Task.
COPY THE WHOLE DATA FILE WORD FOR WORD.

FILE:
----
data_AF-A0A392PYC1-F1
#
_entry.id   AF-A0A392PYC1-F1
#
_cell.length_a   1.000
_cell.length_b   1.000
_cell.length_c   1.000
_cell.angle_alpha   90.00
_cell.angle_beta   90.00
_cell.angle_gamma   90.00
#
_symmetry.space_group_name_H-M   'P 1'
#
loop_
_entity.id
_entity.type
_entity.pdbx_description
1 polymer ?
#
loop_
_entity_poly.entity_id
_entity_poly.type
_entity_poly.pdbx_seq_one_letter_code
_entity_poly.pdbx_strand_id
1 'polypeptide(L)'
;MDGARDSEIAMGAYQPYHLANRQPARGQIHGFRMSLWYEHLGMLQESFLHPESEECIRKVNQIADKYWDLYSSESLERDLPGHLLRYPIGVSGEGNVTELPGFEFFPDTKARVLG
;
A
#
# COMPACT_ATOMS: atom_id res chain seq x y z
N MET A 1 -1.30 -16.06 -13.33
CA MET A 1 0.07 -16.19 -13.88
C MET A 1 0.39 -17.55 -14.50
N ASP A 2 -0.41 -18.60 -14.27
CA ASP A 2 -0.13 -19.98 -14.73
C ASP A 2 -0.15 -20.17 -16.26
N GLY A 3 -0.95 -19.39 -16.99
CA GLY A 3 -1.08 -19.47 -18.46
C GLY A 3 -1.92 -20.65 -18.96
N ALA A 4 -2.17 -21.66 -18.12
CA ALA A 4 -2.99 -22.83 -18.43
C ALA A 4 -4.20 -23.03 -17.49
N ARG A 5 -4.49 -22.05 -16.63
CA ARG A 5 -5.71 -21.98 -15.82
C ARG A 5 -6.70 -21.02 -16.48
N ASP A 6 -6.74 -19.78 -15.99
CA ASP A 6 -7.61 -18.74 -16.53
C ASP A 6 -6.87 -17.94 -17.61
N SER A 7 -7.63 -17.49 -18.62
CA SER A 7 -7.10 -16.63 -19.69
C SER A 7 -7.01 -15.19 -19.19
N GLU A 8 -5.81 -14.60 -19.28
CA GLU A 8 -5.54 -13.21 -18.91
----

data_AF-A0A392PYC1-F1
#
_entry.id   AF-A0A392PYC1-F1
#
_cell.length_a   1.000
_cell.length_b   1.000
_cell.length_c   1.000
_cell.angle_alpha   90.00
_cell.angle_beta   90.00
_cell.angle_gamma   90.00
#
_symmetry.space_group_name_H-M   'P 1'
#
loop_
_entity.id
_entity.type
_entity.pdbx_description
1 polymer ?
#
loop_
_entity_poly.entity_id
_entity_poly.type
_entity_poly.pdbx_seq_one_letter_code
_entity_poly.pdbx_strand_id
1 'polypeptide(L)'
;MDGARDSEIAMGAYQPYHLANRQPARGQIHGFRMSLWYEHLGMLQESFLHPESEECIRKVNQIADKYWDLYSSESLERDLPGHLLRYPIGVSGEGNVTELPGFEFFPDTKARVLG
;
A
#
# COMPACT_ATOMS: atom_id res chain seq x y z
N MET A 1 -1.30 -16.06 -13.33
CA MET A 1 0.07 -16.19 -13.88
C MET A 1 0.39 -17.55 -14.50
N ASP A 2 -0.41 -18.60 -14.27
CA ASP A 2 -0.13 -19.98 -14.73
C ASP A 2 -0.15 -20.17 -16.26
N GLY A 3 -0.95 -19.39 -16.99
CA GLY A 3 -1.08 -19.47 -18.46
C GLY A 3 -1.92 -20.65 -18.96
N ALA A 4 -2.17 -21.66 -18.12
CA ALA A 4 -2.99 -22.83 -18.43
C ALA A 4 -4.20 -23.03 -17.49
N ARG A 5 -4.49 -22.05 -16.63
CA ARG A 5 -5.71 -21.98 -15.82
C ARG A 5 -6.70 -21.02 -16.48
N ASP A 6 -6.74 -19.78 -15.99
CA ASP A 6 -7.61 -18.74 -16.53
C ASP A 6 -6.87 -17.94 -17.61
N SER A 7 -7.63 -17.49 -18.62
CA SER A 7 -7.10 -16.63 -19.69
C SER A 7 -7.01 -15.19 -19.19
N GLU A 8 -5.81 -14.60 -19.28
CA GLU A 8 -5.54 -13.21 -18.91